Charles Pravaz  

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Train wreck at Montparnasse (October 22, 1895) by Studio Lévy and Sons.
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Train wreck at Montparnasse (October 22, 1895) by Studio Lévy and Sons.

Charles Gabriel Pravaz (1791-1853) was a French orthopedic surgeon and inventor of the hypodermic syringe.

While the concept dated to Galen, the modern syringe is thought to have originated in Fifteenth Century Italy, although it took several centuries for the device to be developed. In 1657, experiments were conducted on syringe-like devices by Englishmen Christopher Wren and Robert Boyle, while French physician Dominique Anel created the modern pump syringe as a device to clean wounds using suction.

In all these cases, it was impossible to perform injections without an incision until Irish physician Francis Rynd invented the hollow needle in 1844. Wanting to inject of iron perchloride coagulant into an aneurysm, Pravaz adapted Rynd's needle, rather than using the usual suction tube. Measuring 3 cm (1.18 in) long and 5 mm (0.2 in) in diameter, the syringe was entirely in silver, made by Établissements Charrière, and operated by a screw (rather than the plunger familiar today) to control the amount of substance injected.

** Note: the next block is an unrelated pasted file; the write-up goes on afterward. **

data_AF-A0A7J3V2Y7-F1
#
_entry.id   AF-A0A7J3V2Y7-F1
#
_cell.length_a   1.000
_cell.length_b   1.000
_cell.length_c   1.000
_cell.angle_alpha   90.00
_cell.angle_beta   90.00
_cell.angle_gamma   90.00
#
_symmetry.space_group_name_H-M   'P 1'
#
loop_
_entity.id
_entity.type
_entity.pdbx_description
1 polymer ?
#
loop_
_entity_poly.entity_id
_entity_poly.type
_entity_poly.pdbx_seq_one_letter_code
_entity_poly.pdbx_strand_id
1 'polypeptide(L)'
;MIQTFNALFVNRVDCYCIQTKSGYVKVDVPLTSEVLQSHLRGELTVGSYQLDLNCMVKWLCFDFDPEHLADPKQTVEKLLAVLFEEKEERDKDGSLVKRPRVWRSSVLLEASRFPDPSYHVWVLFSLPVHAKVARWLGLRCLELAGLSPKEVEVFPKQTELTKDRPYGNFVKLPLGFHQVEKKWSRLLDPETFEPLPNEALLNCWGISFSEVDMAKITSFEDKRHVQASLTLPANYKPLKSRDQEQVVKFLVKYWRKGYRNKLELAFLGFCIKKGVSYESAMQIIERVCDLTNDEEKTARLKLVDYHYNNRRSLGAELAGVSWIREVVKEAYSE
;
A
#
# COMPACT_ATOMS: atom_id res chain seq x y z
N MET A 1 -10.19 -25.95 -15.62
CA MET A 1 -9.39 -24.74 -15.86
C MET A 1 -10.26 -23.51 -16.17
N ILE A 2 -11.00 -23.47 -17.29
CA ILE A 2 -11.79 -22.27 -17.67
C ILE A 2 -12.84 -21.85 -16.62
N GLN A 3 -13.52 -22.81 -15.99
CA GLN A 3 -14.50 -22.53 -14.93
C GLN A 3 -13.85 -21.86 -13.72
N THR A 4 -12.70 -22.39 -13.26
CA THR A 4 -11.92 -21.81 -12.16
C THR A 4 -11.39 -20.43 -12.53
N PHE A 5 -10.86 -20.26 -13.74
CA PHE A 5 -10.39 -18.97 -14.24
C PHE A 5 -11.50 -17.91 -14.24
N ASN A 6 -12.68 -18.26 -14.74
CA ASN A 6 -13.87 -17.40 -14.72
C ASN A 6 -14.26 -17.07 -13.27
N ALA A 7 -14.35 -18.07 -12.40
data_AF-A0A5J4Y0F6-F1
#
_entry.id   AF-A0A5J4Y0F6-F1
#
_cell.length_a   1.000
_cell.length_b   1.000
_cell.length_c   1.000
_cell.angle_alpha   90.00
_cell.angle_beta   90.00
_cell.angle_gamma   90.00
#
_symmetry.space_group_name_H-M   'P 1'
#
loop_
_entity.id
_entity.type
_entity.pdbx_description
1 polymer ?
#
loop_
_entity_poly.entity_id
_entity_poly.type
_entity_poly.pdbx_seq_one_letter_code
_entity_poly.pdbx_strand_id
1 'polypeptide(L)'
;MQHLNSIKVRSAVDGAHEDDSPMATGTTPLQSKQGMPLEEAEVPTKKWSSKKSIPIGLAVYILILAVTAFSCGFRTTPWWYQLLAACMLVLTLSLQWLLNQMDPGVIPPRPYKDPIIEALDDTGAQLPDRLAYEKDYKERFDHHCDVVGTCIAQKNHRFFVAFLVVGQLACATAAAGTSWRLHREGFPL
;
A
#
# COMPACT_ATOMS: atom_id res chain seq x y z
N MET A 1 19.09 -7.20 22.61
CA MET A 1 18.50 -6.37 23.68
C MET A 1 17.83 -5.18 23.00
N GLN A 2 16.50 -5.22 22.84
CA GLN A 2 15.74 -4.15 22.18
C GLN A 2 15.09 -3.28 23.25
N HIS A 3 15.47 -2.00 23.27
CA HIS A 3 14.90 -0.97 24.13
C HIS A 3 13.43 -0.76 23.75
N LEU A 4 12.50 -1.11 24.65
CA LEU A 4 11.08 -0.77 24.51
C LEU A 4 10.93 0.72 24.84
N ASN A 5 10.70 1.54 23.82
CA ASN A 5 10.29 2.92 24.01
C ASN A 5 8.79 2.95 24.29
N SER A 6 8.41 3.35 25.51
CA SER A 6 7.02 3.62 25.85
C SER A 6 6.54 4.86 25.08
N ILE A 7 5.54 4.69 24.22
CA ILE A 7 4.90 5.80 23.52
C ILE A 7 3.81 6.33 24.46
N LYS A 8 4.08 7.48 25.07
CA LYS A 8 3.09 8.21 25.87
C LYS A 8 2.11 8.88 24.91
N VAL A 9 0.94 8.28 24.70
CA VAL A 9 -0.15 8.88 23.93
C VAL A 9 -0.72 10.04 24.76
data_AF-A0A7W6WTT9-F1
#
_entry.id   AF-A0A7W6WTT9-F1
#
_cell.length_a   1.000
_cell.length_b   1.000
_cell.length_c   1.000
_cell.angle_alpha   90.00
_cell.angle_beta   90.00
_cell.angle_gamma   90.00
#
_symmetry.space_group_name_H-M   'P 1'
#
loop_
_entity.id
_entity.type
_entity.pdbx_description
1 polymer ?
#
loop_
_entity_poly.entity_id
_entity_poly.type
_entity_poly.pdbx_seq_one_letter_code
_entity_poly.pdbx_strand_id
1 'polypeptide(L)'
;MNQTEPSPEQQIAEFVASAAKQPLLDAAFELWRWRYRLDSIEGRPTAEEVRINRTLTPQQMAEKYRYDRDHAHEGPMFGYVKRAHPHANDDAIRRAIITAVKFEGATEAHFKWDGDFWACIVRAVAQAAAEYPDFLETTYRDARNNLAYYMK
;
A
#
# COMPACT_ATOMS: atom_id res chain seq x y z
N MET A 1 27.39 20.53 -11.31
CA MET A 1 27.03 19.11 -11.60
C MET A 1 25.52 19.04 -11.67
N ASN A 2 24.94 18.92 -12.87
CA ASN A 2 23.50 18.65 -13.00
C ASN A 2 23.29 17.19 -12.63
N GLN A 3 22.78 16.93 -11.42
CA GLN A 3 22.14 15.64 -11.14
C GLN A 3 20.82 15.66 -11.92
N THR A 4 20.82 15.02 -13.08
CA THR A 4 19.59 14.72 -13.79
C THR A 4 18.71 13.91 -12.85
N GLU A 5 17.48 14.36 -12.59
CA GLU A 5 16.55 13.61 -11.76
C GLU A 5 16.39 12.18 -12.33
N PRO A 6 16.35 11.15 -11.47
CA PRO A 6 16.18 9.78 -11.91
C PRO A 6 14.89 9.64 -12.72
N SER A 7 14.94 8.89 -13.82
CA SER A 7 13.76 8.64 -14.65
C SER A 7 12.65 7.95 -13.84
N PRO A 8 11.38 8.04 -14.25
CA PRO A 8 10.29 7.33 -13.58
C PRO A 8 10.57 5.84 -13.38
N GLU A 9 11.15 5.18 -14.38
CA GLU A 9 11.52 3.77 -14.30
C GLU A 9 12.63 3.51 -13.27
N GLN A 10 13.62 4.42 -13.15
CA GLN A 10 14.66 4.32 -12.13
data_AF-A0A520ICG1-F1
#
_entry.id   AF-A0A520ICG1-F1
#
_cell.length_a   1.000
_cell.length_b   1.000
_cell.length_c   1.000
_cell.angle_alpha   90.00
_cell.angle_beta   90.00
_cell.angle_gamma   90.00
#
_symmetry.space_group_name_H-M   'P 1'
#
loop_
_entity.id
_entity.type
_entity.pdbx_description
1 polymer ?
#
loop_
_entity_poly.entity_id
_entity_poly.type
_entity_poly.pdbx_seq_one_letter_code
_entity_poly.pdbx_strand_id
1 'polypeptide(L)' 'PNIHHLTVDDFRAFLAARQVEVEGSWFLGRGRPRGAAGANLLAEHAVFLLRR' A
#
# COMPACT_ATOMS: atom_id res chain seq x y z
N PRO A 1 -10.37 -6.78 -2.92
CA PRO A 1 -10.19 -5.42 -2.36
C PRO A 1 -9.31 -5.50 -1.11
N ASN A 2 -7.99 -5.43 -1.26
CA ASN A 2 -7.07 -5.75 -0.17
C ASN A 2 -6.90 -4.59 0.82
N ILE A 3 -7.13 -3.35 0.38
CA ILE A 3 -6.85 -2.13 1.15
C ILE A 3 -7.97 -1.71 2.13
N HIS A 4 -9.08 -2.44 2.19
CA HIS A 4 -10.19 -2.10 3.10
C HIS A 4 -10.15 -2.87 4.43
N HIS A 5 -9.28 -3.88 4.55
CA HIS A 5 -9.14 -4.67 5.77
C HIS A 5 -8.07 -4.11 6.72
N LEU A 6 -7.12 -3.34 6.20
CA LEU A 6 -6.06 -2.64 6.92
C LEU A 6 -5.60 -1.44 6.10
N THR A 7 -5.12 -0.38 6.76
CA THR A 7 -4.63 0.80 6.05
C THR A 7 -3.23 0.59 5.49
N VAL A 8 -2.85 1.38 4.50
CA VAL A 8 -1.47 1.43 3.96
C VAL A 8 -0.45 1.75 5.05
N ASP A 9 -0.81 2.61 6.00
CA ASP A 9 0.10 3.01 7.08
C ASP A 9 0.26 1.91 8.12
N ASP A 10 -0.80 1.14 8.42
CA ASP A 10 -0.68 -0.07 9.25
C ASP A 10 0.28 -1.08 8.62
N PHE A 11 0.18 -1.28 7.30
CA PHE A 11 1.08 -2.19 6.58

Pravaz did little development of the invention, and it would be another French surgeon, L. J. Béhier, who would make Pravaz's invention known across Europe. It thus initiated the science of sclerotherapy and the treatment of varicose veins and other varices.





Unless indicated otherwise, the text in this article is either based on Wikipedia article "Charles Pravaz" or another language Wikipedia page thereof used under the terms of the GNU Free Documentation License; or on original research by Jahsonic and friends. See Art and Popular Culture's copyright notice.

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